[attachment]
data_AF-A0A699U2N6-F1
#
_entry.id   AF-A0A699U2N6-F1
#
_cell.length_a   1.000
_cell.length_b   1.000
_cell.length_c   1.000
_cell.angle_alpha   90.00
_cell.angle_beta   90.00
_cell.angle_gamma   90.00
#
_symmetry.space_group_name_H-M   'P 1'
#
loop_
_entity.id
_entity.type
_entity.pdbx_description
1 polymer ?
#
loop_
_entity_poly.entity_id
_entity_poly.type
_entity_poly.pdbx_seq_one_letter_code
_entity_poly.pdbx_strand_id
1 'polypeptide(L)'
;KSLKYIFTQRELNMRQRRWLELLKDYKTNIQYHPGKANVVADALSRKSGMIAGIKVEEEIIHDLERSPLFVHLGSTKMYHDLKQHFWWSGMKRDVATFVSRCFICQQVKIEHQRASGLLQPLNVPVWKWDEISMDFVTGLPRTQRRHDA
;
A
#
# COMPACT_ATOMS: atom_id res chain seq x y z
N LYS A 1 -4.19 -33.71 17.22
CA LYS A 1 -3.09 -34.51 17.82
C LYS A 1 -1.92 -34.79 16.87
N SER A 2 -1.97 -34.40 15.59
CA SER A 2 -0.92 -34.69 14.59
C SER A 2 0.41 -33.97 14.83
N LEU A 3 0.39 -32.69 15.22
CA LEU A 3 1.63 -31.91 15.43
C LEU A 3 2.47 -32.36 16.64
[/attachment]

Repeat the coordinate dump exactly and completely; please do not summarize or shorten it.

data_AF-A0A699U2N6-F1
#
_entry.id   AF-A0A699U2N6-F1
#
_cell.length_a   1.000
_cell.length_b   1.000
_cell.length_c   1.000
_cell.angle_alpha   90.00
_cell.angle_beta   90.00
_cell.angle_gamma   90.00
#
_symmetry.space_group_name_H-M   'P 1'
#
loop_
_entity.id
_entity.type
_entity.pdbx_description
1 polymer ?
#
loop_
_entity_poly.entity_id
_entity_poly.type
_entity_poly.pdbx_seq_one_letter_code
_entity_poly.pdbx_strand_id
1 'polypeptide(L)'
;KSLKYIFTQRELNMRQRRWLELLKDYKTNIQYHPGKANVVADALSRKSGMIAGIKVEEEIIHDLERSPLFVHLGSTKMYHDLKQHFWWSGMKRDVATFVSRCFICQQVKIEHQRASGLLQPLNVPVWKWDEISMDFVTGLPRTQRRHDA
;
A
#
# COMPACT_ATOMS: atom_id res chain seq x y z
N LYS A 1 -4.19 -33.71 17.22
CA LYS A 1 -3.09 -34.51 17.82
C LYS A 1 -1.92 -34.79 16.87
N SER A 2 -1.97 -34.40 15.59
CA SER A 2 -0.92 -34.69 14.59
C SER A 2 0.41 -33.97 14.83
N LEU A 3 0.39 -32.69 15.22
CA LEU A 3 1.63 -31.91 15.43
C LEU A 3 2.47 -32.36 16.64